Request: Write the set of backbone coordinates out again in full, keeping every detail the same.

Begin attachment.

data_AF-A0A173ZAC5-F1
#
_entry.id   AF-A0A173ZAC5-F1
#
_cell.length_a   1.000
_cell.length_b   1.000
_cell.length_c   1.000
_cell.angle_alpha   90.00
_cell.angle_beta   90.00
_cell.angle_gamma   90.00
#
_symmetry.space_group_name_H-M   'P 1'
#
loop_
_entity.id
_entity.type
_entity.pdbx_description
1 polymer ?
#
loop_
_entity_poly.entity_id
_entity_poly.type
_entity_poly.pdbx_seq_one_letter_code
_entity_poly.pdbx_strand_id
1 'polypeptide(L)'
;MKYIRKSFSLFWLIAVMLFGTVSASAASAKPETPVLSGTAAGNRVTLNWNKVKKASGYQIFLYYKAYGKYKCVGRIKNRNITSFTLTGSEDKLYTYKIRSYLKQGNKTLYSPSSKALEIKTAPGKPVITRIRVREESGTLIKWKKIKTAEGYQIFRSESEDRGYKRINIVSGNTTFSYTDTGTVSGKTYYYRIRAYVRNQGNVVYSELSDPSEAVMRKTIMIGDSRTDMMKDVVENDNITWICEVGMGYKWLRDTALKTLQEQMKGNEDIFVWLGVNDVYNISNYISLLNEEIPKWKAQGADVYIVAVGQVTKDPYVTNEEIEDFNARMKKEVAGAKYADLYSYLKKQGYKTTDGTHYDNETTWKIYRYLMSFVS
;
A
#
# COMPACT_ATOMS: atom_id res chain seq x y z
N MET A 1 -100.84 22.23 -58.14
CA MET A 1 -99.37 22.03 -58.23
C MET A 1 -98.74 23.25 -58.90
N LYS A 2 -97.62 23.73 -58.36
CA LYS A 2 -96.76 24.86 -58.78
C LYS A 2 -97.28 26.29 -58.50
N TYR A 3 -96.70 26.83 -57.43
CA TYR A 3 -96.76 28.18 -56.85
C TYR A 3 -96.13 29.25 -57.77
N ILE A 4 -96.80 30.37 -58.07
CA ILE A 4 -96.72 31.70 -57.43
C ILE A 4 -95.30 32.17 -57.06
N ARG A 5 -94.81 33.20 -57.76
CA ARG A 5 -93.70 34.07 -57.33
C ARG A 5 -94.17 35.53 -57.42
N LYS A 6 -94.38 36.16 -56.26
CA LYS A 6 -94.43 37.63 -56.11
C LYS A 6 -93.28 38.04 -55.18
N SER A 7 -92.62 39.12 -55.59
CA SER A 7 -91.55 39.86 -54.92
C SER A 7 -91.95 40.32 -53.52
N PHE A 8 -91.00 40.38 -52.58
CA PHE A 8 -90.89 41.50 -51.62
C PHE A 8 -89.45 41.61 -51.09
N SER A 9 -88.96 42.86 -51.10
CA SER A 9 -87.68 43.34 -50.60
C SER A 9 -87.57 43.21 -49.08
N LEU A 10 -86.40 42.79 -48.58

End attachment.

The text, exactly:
data_AF-A0A173ZAC5-F1
#
_entry.id   AF-A0A173ZAC5-F1
#
_cell.length_a   1.000
_cell.length_b   1.000
_cell.length_c   1.000
_cell.angle_alpha   90.00
_cell.angle_beta   90.00
_cell.angle_gamma   90.00
#
_symmetry.space_group_name_H-M   'P 1'
#
loop_
_entity.id
_entity.type
_entity.pdbx_description
1 polymer ?
#
loop_
_entity_poly.entity_id
_entity_poly.type
_entity_poly.pdbx_seq_one_letter_code
_entity_poly.pdbx_strand_id
1 'polypeptide(L)'
;MKYIRKSFSLFWLIAVMLFGTVSASAASAKPETPVLSGTAAGNRVTLNWNKVKKASGYQIFLYYKAYGKYKCVGRIKNRNITSFTLTGSEDKLYTYKIRSYLKQGNKTLYSPSSKALEIKTAPGKPVITRIRVREESGTLIKWKKIKTAEGYQIFRSESEDRGYKRINIVSGNTTFSYTDTGTVSGKTYYYRIRAYVRNQGNVVYSELSDPSEAVMRKTIMIGDSRTDMMKDVVENDNITWICEVGMGYKWLRDTALKTLQEQMKGNEDIFVWLGVNDVYNISNYISLLNEEIPKWKAQGADVYIVAVGQVTKDPYVTNEEIEDFNARMKKEVAGAKYADLYSYLKKQGYKTTDGTHYDNETTWKIYRYLMSFVS
;
A
#
# COMPACT_ATOMS: atom_id res chain seq x y z
N MET A 1 -100.84 22.23 -58.14
CA MET A 1 -99.37 22.03 -58.23
C MET A 1 -98.74 23.25 -58.90
N LYS A 2 -97.62 23.73 -58.36
CA LYS A 2 -96.76 24.86 -58.78
C LYS A 2 -97.28 26.29 -58.50
N TYR A 3 -96.70 26.83 -57.43
CA TYR A 3 -96.76 28.18 -56.85
C TYR A 3 -96.13 29.25 -57.77
N ILE A 4 -96.80 30.37 -58.07
CA ILE A 4 -96.72 31.70 -57.43
C ILE A 4 -95.30 32.17 -57.06
N ARG A 5 -94.81 33.20 -57.76
CA ARG A 5 -93.70 34.07 -57.33
C ARG A 5 -94.17 35.53 -57.42
N LYS A 6 -94.38 36.16 -56.26
CA LYS A 6 -94.43 37.63 -56.11
C LYS A 6 -93.28 38.04 -55.18
N SER A 7 -92.62 39.12 -55.59
CA SER A 7 -91.55 39.86 -54.92
C SER A 7 -91.95 40.32 -53.52
N PHE A 8 -91.00 40.38 -52.58
CA PHE A 8 -90.89 41.50 -51.62
C PHE A 8 -89.45 41.61 -51.09
N SER A 9 -88.96 42.86 -51.10
CA SER A 9 -87.68 43.34 -50.60
C SER A 9 -87.57 43.21 -49.08
N LEU A 10 -86.40 42.79 -48.58